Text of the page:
Did you know the first precision machine tool was made by John Wilkerson in 1775 for boring steam engine cylinders?
These initial machine tool were inspired by the invention of the steam engine and helped usher in the Industrial Revolution. Early machine tool designs were based on woodcutting lathes the had been used in France since the 16th Century. While the production speeds, volumes, and accuracies improved steadily over the following 200 years, the advent of Computer Numerical Control (CNC) systems for machine tools in the 1970s greatly improved production speeds and accuracies.
CNC and CAD improvements allowed for more complex and audacious designs in engineering projects around the world.
These CNC developments ran in tandem with improvements in Computer-Aided Design (CAD) files that could be edited on a computer and communicated directly to the machine tool. CNC and CAD improvements allowed for more complex and audacious designs in engineering projects around the world. Machine tools now produce more parts on tighter tolerances than ever before, and by 2017, global machine tool consumption had grown to a more that $80 billion industry.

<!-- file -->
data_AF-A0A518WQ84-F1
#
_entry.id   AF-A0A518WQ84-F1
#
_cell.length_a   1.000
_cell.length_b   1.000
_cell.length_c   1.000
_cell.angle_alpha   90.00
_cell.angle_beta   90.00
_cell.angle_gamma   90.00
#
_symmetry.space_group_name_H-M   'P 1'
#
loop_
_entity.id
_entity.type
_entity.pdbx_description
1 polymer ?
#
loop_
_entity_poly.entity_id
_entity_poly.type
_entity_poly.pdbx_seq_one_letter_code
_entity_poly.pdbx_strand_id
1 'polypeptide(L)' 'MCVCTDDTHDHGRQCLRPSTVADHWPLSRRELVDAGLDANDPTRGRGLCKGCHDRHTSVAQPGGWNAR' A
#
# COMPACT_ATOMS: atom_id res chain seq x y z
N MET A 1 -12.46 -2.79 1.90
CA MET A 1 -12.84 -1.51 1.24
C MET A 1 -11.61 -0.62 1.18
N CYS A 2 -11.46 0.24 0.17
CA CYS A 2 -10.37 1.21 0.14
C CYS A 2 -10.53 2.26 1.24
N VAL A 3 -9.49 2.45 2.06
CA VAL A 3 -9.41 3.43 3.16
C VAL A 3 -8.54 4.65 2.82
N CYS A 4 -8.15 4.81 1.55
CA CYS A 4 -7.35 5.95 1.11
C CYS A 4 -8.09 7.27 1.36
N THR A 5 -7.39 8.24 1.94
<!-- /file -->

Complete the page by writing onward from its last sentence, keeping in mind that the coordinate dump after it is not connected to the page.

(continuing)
To meet the demands of these projects, it has become more important than ever that machine shops keep their tools operating at their highest accuracies through routine calibration and maintenance. For some shops, this means owning and operating dimensional metrology equipment (like a laser interferometer or Ballbar), while for others, it means contracting a Metrology Service Provider (MSP) to perform the calibrations on site.
For more information on machine tools and the dimensional metrology equipment and people that calibrate them, click here to speak to a Real Metrologist today.